Wednesday, 22 February 2017
Last updated 2 hours ago
Feb 26 2010 | 3:52pm ET
The Securities and Exchange Commission has revived a version of the so-called uptick rule, limiting short-selling of shares in freefall and earning the derision of the hedge fund industry.
The commission voted Wednesday to strictly limit short sales of stocks that drop 10% or more in a single day. Under the rule approved in a 3-2 vote, with both Republican commissioners dissenting, short selling will be permitted only at prices higher than the highest bid price nationally both on the day the stock drops 10% or more and on the following trading day.
“We also are concerned that excessive downward price pressure on individual securities, accompanied by the fear of unconstrained short selling, can destabilize our markets and undermine investor confidence in our markets,” SEC Chairman Mary Schapiro said.
Hedge fund managers were quick to blast the new rule.
“The unintended consequence of this rule will be an erosion of confidence at a critical time when the economic recovery is struggling to take hold,” James Chanos of Kynikos Associates told The Wall Street Journal.
Another short-selling hedge fund manager, William Fleckenstein, who closed his eponymous hedge fund last year, took aim at the rationale for the rule.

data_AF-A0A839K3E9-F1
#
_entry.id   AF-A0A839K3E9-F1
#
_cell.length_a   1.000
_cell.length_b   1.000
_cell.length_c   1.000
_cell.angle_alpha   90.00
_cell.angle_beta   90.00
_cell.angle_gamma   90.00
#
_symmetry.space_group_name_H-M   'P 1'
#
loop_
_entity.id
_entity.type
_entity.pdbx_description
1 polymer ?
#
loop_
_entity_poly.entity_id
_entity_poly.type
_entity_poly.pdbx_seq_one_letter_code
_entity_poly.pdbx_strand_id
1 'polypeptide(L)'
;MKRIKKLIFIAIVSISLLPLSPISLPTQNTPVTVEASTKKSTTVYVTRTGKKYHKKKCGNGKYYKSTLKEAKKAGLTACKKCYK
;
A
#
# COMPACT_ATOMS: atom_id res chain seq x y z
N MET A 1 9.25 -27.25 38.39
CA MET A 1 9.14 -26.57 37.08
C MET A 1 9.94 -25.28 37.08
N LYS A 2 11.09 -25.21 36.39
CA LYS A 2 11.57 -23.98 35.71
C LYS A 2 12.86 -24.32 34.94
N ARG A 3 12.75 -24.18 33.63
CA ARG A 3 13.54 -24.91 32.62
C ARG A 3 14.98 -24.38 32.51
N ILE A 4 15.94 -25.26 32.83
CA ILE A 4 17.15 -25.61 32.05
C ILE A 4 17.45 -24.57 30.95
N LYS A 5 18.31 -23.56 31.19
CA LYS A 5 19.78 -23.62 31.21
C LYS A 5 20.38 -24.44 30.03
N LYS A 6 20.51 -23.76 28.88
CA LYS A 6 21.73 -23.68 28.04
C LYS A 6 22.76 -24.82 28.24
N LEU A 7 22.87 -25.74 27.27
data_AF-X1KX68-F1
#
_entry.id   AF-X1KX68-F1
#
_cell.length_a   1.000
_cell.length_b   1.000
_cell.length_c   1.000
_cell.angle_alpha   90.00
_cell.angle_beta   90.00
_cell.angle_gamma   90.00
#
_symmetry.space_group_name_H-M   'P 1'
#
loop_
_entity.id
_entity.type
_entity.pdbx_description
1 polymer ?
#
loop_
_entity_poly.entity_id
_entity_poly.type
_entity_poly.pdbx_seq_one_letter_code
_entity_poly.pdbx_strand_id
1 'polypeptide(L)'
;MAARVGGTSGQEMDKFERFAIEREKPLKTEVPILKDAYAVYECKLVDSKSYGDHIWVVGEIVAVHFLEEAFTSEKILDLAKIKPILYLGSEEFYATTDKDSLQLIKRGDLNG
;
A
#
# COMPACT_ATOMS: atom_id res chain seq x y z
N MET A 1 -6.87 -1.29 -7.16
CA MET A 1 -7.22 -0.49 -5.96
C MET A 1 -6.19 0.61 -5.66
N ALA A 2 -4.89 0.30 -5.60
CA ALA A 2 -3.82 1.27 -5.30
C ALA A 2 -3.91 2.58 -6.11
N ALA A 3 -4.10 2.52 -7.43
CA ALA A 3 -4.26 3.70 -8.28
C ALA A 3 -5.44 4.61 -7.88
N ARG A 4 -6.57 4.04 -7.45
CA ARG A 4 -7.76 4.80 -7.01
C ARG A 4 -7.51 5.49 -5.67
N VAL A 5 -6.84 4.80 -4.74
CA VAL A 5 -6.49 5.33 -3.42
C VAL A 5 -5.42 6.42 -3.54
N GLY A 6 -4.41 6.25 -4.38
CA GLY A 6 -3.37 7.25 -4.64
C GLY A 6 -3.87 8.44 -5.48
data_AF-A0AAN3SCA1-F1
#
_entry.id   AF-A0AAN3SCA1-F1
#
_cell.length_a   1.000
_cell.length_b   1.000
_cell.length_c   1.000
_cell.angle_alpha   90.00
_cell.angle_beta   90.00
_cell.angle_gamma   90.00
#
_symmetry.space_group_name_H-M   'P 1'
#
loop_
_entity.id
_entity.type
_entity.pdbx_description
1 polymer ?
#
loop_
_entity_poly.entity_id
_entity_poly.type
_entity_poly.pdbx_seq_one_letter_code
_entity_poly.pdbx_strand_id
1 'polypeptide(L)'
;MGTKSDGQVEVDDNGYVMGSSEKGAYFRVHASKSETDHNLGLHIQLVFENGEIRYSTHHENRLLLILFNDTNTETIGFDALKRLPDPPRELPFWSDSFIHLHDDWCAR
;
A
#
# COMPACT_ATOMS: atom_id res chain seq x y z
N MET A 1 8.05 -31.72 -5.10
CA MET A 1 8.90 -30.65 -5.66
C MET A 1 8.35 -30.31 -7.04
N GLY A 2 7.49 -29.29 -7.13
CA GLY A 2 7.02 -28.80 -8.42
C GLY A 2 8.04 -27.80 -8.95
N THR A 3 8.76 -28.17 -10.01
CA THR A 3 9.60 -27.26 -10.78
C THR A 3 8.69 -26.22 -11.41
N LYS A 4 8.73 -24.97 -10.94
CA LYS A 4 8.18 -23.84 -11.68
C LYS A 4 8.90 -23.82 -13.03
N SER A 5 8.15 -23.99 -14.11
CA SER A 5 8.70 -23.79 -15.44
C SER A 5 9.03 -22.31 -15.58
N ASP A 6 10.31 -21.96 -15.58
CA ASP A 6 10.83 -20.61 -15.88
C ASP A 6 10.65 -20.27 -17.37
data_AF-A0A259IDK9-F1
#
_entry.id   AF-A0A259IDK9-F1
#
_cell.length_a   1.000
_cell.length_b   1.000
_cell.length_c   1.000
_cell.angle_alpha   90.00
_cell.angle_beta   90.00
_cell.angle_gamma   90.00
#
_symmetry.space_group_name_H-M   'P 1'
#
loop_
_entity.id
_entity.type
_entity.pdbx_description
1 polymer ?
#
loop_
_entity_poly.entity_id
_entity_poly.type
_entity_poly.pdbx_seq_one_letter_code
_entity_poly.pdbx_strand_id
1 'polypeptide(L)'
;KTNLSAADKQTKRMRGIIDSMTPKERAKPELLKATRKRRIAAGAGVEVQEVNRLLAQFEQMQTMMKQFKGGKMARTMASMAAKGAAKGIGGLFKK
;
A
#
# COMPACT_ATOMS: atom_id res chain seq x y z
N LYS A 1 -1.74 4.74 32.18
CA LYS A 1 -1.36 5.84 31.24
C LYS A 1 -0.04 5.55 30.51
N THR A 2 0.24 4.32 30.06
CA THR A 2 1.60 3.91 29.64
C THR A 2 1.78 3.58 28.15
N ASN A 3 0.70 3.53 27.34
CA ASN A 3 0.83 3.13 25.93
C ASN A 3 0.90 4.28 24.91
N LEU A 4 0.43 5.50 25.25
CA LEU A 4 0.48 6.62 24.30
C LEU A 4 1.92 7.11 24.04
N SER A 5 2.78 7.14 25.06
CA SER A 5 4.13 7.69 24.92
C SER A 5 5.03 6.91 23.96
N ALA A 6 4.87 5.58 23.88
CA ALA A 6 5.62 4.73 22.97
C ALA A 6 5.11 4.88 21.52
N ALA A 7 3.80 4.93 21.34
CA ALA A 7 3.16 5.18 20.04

“The lack of the uptick rule had nothing to do with the market collapse in 2008,” he told the Journal. “It was bad policies all around that created that disaster. It’s more monkeying with the system and doing things that address issues that have nothing to do with the underlying problem.”
The Managed Funds Association also entered its objection.
“Most market observers agree that price declines and decreased investor confidence during the financial crisis were caused by the sudden and drastic changes in economic fundamentals, including the perceived insolvency of certain companies, and not by any short-selling activity,” the lobbying group said. “M.F.A. fully supports the S.E.C.’s efforts to combat manipulative short-selling and other market abuses, but those activities should not be confused with legitimate short-selling.”
The uptick rule, abolished three years ago, allowed short selling only after stock’s price rose.